When first starting to consider website accessibility, many people are thinking about accessibility costs. But making your site accessible brings benefits to the business or organization too. Accessibility can be an investment in your brand.
We like to feel good about the brands that we associate with. Experts call people who are conscious of this “belief-driven buyers”. We want to buy from the local shops that invest in the community, and we turn away from brands that we discover are using sweatshops. Dan Edelman, a researcher in this area estimates that nearly two-thirds (64 percent) of consumers around the world will either buy or boycott a brand solely because of its position on a social or political issue.
Non-Accessible Websites Impact Your Business
Making a business website accessible, and not hesitating to make that known, broadcasts that company’s values about inclusion and making a positive difference in the world, and that can be a significant investment in promoting your brand.
This is not only attractive to people with disabilities. When I have a family member, or a friend or other loved one who is affected by a disability, I pay attention to whether they are included or excluded. I want to be a part of making the world a more welcoming place for them, but more importantly, I care about their human dignity and their being able to live independently. When I have a choice between a company that supports the independence of my blind friend, versus one that doesn’t, all things being equal, I choose the brand that values my friend.
Inaccessible websites are losing money
Currently 98% of all websites fail to meet accessible guidelines. And it’s estimated that inaccessible sites are losing $6.9 billon per year to their competitors that are accessible. That doesn’t include any lawsuits to which inaccessible sites may be vulnerable.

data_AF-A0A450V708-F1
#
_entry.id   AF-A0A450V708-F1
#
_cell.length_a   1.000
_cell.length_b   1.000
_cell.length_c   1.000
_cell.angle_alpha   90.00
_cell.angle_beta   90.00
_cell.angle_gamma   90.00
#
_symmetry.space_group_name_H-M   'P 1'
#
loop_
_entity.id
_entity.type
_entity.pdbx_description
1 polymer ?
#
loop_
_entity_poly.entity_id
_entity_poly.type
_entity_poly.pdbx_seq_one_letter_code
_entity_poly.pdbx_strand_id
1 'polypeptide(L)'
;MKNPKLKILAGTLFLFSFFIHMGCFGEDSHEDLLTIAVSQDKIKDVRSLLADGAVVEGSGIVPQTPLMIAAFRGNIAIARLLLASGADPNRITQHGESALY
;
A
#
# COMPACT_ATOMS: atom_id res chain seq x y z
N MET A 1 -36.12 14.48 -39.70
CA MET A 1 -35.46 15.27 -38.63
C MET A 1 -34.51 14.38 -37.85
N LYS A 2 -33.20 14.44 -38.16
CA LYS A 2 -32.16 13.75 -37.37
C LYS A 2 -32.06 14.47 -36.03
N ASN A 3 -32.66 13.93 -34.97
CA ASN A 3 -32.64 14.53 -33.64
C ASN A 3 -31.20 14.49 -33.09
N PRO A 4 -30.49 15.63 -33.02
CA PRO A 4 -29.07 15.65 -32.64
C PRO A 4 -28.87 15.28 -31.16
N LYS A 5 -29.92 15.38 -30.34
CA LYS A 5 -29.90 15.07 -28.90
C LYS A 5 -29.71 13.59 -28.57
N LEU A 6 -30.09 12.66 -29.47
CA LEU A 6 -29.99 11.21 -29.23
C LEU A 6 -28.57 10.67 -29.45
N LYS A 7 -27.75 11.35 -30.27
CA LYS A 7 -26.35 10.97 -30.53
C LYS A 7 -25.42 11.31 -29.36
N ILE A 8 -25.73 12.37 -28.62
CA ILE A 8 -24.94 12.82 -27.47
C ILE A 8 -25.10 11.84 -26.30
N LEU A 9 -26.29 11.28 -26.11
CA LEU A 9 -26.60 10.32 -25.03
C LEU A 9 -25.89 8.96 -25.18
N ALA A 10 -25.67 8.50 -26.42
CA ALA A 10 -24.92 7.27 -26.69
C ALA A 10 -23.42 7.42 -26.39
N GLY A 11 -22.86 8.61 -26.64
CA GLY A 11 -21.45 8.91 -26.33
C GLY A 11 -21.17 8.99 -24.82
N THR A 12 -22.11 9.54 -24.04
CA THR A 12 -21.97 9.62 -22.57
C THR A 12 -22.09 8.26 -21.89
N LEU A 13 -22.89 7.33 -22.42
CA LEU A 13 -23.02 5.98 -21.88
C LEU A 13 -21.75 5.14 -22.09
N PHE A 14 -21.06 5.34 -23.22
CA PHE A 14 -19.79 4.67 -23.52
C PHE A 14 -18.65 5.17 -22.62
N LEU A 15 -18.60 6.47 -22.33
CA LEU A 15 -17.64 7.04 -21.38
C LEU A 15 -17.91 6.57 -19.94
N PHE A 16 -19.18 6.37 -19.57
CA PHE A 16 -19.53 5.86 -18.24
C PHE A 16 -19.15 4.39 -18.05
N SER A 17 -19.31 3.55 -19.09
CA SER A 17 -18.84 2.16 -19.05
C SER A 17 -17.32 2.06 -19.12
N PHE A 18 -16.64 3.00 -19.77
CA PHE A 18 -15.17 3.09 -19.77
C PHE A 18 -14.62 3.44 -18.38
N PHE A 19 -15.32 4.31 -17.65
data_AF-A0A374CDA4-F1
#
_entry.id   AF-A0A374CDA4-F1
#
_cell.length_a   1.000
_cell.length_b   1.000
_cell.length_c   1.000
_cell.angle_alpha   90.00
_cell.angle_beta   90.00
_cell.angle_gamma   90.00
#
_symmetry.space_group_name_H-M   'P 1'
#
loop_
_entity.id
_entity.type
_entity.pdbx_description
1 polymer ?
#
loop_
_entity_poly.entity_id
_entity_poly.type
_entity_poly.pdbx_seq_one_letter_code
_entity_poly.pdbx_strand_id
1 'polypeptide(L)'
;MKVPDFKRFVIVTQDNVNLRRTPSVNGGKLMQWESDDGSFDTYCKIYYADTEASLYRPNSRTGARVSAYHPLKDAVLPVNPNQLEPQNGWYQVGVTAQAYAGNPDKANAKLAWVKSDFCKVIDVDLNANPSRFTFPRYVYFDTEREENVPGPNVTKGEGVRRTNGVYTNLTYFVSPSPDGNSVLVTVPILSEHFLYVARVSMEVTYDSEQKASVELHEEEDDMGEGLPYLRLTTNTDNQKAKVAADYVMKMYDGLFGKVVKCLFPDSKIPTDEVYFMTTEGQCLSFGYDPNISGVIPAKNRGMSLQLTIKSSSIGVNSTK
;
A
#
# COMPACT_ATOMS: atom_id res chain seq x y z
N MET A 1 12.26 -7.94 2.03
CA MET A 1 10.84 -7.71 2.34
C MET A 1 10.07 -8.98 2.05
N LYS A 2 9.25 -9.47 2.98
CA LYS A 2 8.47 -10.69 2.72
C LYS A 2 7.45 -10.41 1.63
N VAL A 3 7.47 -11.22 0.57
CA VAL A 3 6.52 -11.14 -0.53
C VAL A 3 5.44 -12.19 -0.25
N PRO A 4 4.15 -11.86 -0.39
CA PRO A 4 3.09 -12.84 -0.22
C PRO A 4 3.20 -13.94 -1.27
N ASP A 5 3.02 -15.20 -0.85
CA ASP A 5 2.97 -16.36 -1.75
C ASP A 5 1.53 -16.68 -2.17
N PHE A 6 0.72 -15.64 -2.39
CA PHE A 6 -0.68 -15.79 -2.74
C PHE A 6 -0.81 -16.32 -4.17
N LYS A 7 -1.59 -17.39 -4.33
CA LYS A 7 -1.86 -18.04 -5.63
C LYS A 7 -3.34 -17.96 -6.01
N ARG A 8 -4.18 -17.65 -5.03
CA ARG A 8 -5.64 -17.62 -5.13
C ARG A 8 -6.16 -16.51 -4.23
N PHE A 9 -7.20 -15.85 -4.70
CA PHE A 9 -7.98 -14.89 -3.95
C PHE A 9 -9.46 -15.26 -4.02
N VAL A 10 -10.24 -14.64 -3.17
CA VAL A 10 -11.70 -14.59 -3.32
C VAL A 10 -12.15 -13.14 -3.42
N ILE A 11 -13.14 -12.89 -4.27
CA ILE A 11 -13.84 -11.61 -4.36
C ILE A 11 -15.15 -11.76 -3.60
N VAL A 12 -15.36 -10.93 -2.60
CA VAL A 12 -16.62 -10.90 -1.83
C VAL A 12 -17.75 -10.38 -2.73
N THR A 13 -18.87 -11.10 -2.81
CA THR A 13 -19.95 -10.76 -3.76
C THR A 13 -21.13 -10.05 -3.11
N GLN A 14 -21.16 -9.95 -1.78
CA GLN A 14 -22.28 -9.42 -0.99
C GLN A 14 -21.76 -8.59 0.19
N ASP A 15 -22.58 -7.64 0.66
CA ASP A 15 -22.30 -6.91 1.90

What do you mean a website is inaccessible?
A while back, I invited a blind contractor to work with us on a project, and ask her to schedule a time using my online scheduling link. She had to let me know that she was unable to use it because it was not accessible. I was embarrassed and annoyed. I contacted the platform and learned that they had already received this concern and had in development accessibility accommodations. Within a couple of months, that scheduling platform was made accessible. But if they had not responded – if essentially they required a blind person to get assistance from a family member to schedule anything on their platform, or to revert to emailing back & forth with me – I would’ve found another scheduling solution.
When you invest in your brand by making your site accessible, you definitely want to make that KNOWN! Primarily, this happens through adding an accessibility policy to your website. It doesn’t have to be large or front & center. Ours is a link in the footer of this site to a page for our Accessibility Statement. You can find other examples online, just google for “website accessibility statement”.
I’ll let you read our policy specifically, but generally, accessibility policies have three parts:
- A statement that says something like: “we want everybody to enjoy this website”
- Some commitment to WCAG, or at least an acknowledgment that you have tried to make the site accessible for people with disabilities
- An acknowledgment that keeping a website accessible is an ongoing work, and users may encounter problems, and inviting them to contact you about any accessibility issues.
Making your website accessible is the right thing to do, but it makes business sense too! Let it be an investment in your brand that is trying to make the world a better place.
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